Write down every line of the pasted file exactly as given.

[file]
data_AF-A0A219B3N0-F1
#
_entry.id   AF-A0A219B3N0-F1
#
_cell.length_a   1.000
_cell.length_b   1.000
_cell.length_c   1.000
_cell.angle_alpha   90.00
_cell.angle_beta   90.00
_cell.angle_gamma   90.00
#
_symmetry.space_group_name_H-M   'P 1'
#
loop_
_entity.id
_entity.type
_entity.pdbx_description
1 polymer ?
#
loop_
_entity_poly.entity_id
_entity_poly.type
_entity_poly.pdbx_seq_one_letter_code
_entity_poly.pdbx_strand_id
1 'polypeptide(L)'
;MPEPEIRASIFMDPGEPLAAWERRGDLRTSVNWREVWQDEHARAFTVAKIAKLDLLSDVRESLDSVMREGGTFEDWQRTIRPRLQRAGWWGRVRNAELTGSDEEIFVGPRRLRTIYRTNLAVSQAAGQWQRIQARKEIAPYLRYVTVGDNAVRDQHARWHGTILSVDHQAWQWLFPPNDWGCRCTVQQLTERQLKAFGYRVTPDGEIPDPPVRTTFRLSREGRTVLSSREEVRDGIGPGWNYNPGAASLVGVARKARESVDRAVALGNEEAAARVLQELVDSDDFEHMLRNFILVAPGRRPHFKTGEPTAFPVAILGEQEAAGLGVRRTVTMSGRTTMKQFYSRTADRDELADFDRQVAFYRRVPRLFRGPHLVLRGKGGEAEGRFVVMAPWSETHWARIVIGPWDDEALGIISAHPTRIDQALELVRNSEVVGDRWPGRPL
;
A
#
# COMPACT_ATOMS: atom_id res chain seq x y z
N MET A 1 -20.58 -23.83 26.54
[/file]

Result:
data_AF-A0A219B3N0-F1
#
_entry.id   AF-A0A219B3N0-F1
#
_cell.length_a   1.000
_cell.length_b   1.000
_cell.length_c   1.000
_cell.angle_alpha   90.00
_cell.angle_beta   90.00
_cell.angle_gamma   90.00
#
_symmetry.space_group_name_H-M   'P 1'
#
loop_
_entity.id
_entity.type
_entity.pdbx_description
1 polymer ?
#
loop_
_entity_poly.entity_id
_entity_poly.type
_entity_poly.pdbx_seq_one_letter_code
_entity_poly.pdbx_strand_id
1 'polypeptide(L)'
;MPEPEIRASIFMDPGEPLAAWERRGDLRTSVNWREVWQDEHARAFTVAKIAKLDLLSDVRESLDSVMREGGTFEDWQRTIRPRLQRAGWWGRVRNAELTGSDEEIFVGPRRLRTIYRTNLAVSQAAGQWQRIQARKEIAPYLRYVTVGDNAVRDQHARWHGTILSVDHQAWQWLFPPNDWGCRCTVQQLTERQLKAFGYRVTPDGEIPDPPVRTTFRLSREGRTVLSSREEVRDGIGPGWNYNPGAASLVGVARKARESVDRAVALGNEEAAARVLQELVDSDDFEHMLRNFILVAPGRRPHFKTGEPTAFPVAILGEQEAAGLGVRRTVTMSGRTTMKQFYSRTADRDELADFDRQVAFYRRVPRLFRGPHLVLRGKGGEAEGRFVVMAPWSETHWARIVIGPWDDEALGIISAHPTRIDQALELVRNSEVVGDRWPGRPL
;
A
#
# COMPACT_ATOMS: atom_id res chain seq x y z
N MET A 1 -20.58 -23.83 26.54